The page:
The Obama administration’s Bureau of Labor Statistics shows that, since the official end of the recession over two years ago (in June 2009), the percentage of Americans who are employed has actually dropped, while most Americans who are employed are now making less money (in inflation-adjusted dollars) than they were during the recession. Why is our economy plainly failing to match the historical pattern of strong growth following a recession? New analysis suggests that Obamacare (signed into law — “With the strokes of 22 pens” — on March 23, 2010) could be a principal cause.
The Heritage Foundation’s James Sherk writes, “Private-sector job creation initially recovered from the recession at a normal rate, leading to predictions last year of a “Recovery Summer.” Since April 2010, however, net private-sector job creation has stalled. Within two months of the passage of Obamacare, the job market stopped improving. This suggests that businesses are not exaggerating when they tell pollsters that the new health care law is holding back hiring.”
Sherk writes that Obamacare “discourages employers from hiring in several ways:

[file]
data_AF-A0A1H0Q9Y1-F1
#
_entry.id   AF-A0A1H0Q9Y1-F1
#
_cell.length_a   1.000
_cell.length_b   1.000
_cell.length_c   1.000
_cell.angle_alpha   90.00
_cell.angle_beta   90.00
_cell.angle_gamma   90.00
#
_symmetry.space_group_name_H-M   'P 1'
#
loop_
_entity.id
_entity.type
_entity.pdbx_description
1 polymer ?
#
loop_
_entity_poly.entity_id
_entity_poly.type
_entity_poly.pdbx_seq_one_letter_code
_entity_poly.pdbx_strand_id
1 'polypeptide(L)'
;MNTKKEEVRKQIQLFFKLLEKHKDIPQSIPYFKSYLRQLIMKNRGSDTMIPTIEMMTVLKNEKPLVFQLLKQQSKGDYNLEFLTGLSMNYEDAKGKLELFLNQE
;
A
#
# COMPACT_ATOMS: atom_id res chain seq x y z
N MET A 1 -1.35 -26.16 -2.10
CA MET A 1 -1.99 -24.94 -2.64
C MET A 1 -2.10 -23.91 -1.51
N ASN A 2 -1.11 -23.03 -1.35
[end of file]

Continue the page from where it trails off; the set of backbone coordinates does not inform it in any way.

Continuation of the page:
- “Businesses with fewer than 50 workers have a strong incentive to maintain this size, which allows them to avoid the mandate to provide government-approved health coverage or face a penalty;
- “Businesses with more than 50 workers will see their costs for health coverage rise — they must purchase more expensive government-approved insurance or pay a penalty; and
- “Employers face considerable uncertainty about what constitutes qualifying health coverage and what it will cost. They also do not know what the health care market or their health care costs will look like in four years. This makes planning for the future difficult.”
Sherk then provides the following chart, showing that prior to the first full month in which Obamacare was law (April 2010), the economy added an average of 67,600 jobs per month during Obama’s presidency (which includes several months during the recession). Following the first full month in which Obamacare was law, however, the economy has added an average of just 6,400 jobs per month under Obama’s presidency — less than one-tenth the previous rate.
Sherk writes, “The fact that improvements in the job market ground to a halt after [Democrats] passed Obamacare does not prove that the health care law caused [this result] — correlation cannot prove causation. However, the fact does lend strong weight to the voices of businesses who say that the law is preventing hiring.”